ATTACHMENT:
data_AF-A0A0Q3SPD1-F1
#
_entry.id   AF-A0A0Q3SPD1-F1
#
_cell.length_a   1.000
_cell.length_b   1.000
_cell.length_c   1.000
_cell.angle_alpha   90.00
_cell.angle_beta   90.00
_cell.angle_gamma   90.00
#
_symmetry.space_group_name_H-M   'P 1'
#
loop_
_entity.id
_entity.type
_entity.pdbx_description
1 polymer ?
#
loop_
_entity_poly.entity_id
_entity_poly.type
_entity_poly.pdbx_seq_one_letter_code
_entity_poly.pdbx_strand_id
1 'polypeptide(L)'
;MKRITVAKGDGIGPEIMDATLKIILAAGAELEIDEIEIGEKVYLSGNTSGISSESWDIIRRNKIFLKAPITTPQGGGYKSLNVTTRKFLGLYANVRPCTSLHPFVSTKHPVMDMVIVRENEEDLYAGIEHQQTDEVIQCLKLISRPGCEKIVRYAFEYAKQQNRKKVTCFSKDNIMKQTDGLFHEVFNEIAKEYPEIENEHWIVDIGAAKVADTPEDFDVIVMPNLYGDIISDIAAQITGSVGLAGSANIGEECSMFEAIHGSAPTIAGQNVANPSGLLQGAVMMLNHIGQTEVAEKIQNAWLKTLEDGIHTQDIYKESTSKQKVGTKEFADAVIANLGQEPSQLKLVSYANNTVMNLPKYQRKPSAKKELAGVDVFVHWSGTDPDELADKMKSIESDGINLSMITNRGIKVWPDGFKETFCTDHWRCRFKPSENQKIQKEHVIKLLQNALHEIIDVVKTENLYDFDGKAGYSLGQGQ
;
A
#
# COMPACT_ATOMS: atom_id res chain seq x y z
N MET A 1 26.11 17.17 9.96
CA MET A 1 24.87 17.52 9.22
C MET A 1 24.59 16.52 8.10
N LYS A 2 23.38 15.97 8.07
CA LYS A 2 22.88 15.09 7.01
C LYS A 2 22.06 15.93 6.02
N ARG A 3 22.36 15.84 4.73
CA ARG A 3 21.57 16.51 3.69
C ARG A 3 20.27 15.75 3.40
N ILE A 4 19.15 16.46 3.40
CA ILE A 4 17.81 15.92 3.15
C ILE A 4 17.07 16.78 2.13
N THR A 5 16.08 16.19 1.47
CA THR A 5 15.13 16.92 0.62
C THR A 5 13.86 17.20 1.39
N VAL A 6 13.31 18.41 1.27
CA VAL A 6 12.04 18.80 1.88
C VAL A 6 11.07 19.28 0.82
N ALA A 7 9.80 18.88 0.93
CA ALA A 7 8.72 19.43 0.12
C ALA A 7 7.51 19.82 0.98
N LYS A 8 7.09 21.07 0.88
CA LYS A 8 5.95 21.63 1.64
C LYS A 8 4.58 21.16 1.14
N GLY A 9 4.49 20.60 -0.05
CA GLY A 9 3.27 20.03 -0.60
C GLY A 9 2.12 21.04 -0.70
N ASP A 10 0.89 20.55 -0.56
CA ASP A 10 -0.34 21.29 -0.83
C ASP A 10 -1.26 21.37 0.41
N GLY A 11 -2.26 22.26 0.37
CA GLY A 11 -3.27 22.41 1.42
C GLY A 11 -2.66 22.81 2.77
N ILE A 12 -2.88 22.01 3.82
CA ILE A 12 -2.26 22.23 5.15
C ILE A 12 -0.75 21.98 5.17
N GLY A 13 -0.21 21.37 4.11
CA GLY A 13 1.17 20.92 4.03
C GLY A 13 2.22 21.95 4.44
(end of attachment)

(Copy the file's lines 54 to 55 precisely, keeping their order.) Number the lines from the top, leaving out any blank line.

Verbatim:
C LYS A 8 4.58 21.16 1.14
N GLY A 9 4.49 20.60 -0.05